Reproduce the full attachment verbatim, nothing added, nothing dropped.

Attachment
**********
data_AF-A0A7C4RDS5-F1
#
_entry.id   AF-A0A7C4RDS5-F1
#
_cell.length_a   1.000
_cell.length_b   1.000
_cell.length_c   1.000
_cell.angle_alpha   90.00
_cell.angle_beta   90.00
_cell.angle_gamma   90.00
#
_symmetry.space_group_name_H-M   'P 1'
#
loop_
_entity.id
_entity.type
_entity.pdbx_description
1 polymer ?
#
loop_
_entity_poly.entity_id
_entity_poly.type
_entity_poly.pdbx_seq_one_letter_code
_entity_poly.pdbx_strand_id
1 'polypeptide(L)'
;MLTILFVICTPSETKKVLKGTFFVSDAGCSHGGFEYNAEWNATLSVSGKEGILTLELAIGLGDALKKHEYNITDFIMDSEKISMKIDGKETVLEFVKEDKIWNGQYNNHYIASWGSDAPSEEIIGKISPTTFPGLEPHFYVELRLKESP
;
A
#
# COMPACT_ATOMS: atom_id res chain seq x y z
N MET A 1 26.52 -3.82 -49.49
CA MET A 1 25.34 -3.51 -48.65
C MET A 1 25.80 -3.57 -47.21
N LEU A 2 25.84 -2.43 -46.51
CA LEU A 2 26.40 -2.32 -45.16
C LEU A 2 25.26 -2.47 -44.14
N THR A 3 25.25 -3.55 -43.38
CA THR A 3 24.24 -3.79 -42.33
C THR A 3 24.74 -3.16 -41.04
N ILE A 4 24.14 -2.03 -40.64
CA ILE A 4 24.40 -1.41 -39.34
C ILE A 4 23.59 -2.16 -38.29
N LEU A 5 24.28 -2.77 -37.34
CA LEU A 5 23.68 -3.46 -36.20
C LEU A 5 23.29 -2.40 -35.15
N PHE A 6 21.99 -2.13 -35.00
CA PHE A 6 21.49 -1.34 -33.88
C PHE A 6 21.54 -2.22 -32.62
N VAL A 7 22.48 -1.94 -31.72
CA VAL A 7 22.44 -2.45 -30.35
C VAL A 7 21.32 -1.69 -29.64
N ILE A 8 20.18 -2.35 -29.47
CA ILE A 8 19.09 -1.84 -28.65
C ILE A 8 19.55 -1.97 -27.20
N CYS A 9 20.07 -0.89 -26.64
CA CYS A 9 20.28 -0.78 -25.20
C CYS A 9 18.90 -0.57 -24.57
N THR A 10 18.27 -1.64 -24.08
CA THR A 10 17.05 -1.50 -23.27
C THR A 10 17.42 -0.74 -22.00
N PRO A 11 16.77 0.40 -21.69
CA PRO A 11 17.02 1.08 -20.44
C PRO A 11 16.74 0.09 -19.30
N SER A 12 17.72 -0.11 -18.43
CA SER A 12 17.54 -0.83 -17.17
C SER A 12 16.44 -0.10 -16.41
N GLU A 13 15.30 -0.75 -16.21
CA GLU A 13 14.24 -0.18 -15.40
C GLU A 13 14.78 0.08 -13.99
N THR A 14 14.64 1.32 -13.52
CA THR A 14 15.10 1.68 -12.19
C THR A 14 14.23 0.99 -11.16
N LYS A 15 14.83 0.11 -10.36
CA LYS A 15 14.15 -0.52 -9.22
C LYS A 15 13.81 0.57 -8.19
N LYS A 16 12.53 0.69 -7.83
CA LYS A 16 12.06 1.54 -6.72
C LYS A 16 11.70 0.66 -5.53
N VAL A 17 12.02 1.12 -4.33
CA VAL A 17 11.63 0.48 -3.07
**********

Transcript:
data_AF-A0A7C4RDS5-F1
#
_entry.id   AF-A0A7C4RDS5-F1
#
_cell.length_a   1.000
_cell.length_b   1.000
_cell.length_c   1.000
_cell.angle_alpha   90.00
_cell.angle_beta   90.00
_cell.angle_gamma   90.00
#
_symmetry.space_group_name_H-M   'P 1'
#
loop_
_entity.id
_entity.type
_entity.pdbx_description
1 polymer ?
#
loop_
_entity_poly.entity_id
_entity_poly.type
_entity_poly.pdbx_seq_one_letter_code
_entity_poly.pdbx_strand_id
1 'polypeptide(L)'
;MLTILFVICTPSETKKVLKGTFFVSDAGCSHGGFEYNAEWNATLSVSGKEGILTLELAIGLGDALKKHEYNITDFIMDSEKISMKIDGKETVLEFVKEDKIWNGQYNNHYIASWGSDAPSEEIIGKISPTTFPGLEPHFYVELRLKESP
;
A
#
# COMPACT_ATOMS: atom_id res chain seq x y z
N MET A 1 26.52 -3.82 -49.49
CA MET A 1 25.34 -3.51 -48.65
C MET A 1 25.80 -3.57 -47.21
N LEU A 2 25.84 -2.43 -46.51
CA LEU A 2 26.40 -2.32 -45.16
C LEU A 2 25.26 -2.47 -44.14
N THR A 3 25.25 -3.55 -43.38
CA THR A 3 24.24 -3.79 -42.33
C THR A 3 24.74 -3.16 -41.04
N ILE A 4 24.14 -2.03 -40.64
CA ILE A 4 24.40 -1.41 -39.34
C ILE A 4 23.59 -2.16 -38.29
N LEU A 5 24.28 -2.77 -37.34
CA LEU A 5 23.68 -3.46 -36.20
C LEU A 5 23.29 -2.40 -35.15
N PHE A 6 21.99 -2.13 -35.00
CA PHE A 6 21.49 -1.34 -33.88
C PHE A 6 21.54 -2.22 -32.62
N VAL A 7 22.48 -1.94 -31.72
CA VAL A 7 22.44 -2.45 -30.35
C VAL A 7 21.32 -1.69 -29.64
N ILE A 8 20.18 -2.35 -29.47
CA ILE A 8 19.09 -1.84 -28.65
C ILE A 8 19.55 -1.97 -27.20
N CYS A 9 20.07 -0.89 -26.64
CA CYS A 9 20.28 -0.78 -25.20
C CYS A 9 18.90 -0.57 -24.57
N THR A 10 18.27 -1.64 -24.08
CA THR A 10 17.05 -1.50 -23.27
C THR A 10 17.42 -0.74 -22.00
N PRO A 11 16.77 0.40 -21.69
CA PRO A 11 17.02 1.08 -20.44
C PRO A 11 16.74 0.09 -19.30
N SER A 12 17.72 -0.11 -18.43
CA SER A 12 17.54 -0.83 -17.17
C SER A 12 16.44 -0.10 -16.41
N GLU A 13 15.30 -0.75 -16.21
CA GLU A 13 14.24 -0.18 -15.40
C GLU A 13 14.78 0.08 -13.99
N THR A 14 14.64 1.32 -13.52
CA THR A 14 15.10 1.68 -12.19
C THR A 14 14.23 0.99 -11.16
N LYS A 15 14.83 0.11 -10.36
CA LYS A 15 14.15 -0.52 -9.22
C LYS A 15 13.81 0.57 -8.19
N LYS A 16 12.53 0.69 -7.83
CA LYS A 16 12.06 1.54 -6.72
C LYS A 16 11.70 0.66 -5.53
N VAL A 17 12.02 1.12 -4.33
CA VAL A 17 11.63 0.48 -3.07